October 12, 2022

But We’re Not Ready to Perform Yet!

A new year, a new band, new players and the experienced players have all moved on!

It’s only March, and you’ve been asked if the jazz band will play for the opening of an event.

The problem is that some of my new players only know a couple of notes as they only just started their first lessons. We’ve only started two charts.

Do you say – sorry we won’t be ready until at least next term? Do you say – sure, any performance is a good opportunity. Do you say – Yes, we can make that happen successfully!


“Sorry, we won’t be ready until at least next term.”

I’ve seen this lead to, “We’re still not ready, they can just do a small in-school performance. I don’t want them to be shamed compared to other schools’ groups”. The group can end up with very few performances and low self-esteem or frustration among players who want to be given chances to grow more in their music performance experience and ability.

“Sure, any performance is a good opportunity.”

There’s a risk of it being a negative experience because the band wasn’t ready. Perhaps some students lose pride and motivation in being in the “not-yet-ready” group, or even lose interest in playing music in general after they see the video of the performance a parent took. Perhaps the organisers of the event decide not to ask your school group to perform again, not realising the potential they have. Of course, there will be some students and parents who love the experience regardless of how the performance sounds.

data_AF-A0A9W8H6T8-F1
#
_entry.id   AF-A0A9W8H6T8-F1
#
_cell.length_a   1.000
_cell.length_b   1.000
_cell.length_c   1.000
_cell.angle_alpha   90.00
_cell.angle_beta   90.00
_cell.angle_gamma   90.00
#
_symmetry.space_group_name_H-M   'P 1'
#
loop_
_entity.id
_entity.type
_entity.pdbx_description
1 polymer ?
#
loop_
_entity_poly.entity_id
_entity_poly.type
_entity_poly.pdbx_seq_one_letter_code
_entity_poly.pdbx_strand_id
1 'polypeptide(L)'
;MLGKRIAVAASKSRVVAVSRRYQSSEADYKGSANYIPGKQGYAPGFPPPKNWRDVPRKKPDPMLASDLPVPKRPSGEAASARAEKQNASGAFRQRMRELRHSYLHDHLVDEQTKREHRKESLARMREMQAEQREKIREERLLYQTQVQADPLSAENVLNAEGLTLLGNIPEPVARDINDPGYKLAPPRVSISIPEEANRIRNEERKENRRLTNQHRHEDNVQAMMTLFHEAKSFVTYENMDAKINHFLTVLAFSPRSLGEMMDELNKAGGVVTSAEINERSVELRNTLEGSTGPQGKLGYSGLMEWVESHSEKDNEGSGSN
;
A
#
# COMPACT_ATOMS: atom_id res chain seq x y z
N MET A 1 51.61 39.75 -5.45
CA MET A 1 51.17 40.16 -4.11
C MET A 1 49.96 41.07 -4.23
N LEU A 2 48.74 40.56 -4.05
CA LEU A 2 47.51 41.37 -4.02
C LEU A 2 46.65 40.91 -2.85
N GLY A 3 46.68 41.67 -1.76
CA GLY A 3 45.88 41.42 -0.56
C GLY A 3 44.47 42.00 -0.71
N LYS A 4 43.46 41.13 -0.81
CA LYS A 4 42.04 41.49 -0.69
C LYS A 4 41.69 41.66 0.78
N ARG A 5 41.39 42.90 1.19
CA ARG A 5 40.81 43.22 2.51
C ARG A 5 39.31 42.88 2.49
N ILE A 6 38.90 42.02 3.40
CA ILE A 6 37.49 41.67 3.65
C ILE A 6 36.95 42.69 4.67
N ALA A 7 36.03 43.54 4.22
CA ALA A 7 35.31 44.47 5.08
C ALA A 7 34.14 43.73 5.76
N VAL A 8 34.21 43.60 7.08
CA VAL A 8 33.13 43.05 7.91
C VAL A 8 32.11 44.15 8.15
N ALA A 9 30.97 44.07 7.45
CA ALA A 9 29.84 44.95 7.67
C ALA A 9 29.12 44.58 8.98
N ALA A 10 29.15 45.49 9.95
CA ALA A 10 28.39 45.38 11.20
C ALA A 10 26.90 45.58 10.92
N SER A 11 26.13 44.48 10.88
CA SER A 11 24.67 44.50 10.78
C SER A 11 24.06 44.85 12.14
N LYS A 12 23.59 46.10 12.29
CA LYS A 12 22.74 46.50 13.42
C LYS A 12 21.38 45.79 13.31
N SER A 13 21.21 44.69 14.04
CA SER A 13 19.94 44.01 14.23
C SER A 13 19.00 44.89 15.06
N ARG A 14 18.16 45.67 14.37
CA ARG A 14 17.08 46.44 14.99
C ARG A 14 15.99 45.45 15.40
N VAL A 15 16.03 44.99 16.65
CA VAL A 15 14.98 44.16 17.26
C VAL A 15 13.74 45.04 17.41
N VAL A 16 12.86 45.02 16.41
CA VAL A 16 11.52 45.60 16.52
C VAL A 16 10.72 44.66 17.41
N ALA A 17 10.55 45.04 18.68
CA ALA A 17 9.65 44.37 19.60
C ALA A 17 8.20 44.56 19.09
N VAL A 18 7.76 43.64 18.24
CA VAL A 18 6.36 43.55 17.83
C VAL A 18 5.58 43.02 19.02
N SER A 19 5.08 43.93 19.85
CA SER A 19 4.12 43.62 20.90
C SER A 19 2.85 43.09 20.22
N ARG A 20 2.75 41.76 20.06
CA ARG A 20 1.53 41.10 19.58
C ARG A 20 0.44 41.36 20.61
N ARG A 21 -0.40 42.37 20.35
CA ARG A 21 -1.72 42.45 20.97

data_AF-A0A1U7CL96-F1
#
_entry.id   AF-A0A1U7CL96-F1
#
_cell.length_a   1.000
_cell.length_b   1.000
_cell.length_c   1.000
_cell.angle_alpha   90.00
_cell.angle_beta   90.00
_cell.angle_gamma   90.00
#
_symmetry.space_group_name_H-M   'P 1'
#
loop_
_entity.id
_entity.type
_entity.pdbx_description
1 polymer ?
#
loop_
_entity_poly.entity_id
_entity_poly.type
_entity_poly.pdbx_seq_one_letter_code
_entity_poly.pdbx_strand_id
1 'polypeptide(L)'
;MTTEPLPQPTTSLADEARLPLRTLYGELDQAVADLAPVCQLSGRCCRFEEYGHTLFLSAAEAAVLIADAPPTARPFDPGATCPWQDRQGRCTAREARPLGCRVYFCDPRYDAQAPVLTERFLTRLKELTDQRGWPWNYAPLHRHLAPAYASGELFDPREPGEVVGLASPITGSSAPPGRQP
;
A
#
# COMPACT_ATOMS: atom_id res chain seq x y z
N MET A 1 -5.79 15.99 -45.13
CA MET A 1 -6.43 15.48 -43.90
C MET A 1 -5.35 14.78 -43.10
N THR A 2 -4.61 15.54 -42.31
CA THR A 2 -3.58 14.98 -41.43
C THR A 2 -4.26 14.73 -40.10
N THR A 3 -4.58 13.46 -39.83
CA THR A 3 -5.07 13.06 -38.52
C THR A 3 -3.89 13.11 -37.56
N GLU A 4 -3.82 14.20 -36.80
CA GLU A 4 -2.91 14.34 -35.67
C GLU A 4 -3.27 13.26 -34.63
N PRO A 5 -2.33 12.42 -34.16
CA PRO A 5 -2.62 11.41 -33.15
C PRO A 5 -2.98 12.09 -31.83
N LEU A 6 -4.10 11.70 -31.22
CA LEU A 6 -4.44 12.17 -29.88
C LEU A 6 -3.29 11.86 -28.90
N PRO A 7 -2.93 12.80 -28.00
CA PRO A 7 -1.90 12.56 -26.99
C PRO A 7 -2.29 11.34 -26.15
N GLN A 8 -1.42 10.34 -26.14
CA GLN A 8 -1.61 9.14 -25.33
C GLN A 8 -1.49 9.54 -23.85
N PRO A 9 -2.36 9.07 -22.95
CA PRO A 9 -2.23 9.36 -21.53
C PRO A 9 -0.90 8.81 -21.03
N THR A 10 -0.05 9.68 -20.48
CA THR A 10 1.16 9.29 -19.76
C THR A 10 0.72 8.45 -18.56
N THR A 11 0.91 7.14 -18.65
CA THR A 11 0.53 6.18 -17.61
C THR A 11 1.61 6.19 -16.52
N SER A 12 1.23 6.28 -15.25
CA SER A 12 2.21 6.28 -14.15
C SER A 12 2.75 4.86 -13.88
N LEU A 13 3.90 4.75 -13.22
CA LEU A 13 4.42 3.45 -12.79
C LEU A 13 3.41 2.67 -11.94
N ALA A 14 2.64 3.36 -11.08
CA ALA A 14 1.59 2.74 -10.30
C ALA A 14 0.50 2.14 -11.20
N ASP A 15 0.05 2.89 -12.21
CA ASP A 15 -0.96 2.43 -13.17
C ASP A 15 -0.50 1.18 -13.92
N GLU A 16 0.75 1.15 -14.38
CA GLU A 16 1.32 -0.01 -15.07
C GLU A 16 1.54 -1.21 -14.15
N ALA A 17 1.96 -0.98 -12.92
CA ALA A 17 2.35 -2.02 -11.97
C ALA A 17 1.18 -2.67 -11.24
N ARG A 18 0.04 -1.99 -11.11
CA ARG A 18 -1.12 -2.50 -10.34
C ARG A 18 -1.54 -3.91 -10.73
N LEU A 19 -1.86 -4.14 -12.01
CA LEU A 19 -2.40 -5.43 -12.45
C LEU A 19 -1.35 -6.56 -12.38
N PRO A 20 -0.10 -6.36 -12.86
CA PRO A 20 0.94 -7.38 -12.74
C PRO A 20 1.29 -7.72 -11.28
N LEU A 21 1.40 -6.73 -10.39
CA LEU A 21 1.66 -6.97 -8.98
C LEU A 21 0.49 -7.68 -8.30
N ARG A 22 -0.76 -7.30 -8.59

“Yes, we can make that happen successfully!”

A few years ago, when we were asked to perform in March for a big public event, we trialled a new model for our jazz band that has become a very successful tradition. We invited our previous year’s band to do the gig – we called it a “reunion gig”. Meanwhile, we prepared our new band to learn as much as feasible of one or two of last year’s easier repertoire, and

I concentrated on teaching our new band one new easy piece (albeit with some parts missing etc).

For us, being an intermediate school, there’s usually between one and eight Year 8 second-year players who know the previous year’s repertoire. It’s always tricky for them at the start of each year because suddenly the band they got used
to playing with are half complete beginners, which can feel discouraging. So, knowing they will get to play with last year’s band in term one is something they look forward to a lot! As for the new players, the rules are simple. Always play the last note. Or at least hold your instrument as though you are playing it (if you forget how to play that note suddenly). Follow through and always navigate their music part, play the notes they can, and enjoy the sensation of the band for the other bars. This
is hugely important because the students get the feeling and sound of what their new band is aiming for and what it will sound like. They are dressed in uniform and a real part of the performance.

Each year is obviously a bit different, usually with double-ups of horns and double-ups or swap-arounds within the rhythm section. Often everyone (including the newbies) plays a
short 2-bar solo within a piece, which normalises this aspect of being in a band (even if just on two notes). If we have managed to mostly learn one new chart, it creates a good challenge and freshness for the old band to learn and play with the new band. We have also done an early-in-the-year gig by jumping into a community big band gig and playing a couple of charts with a friendly adult band. The value to the students and entertainment for the families/audience is huge, and it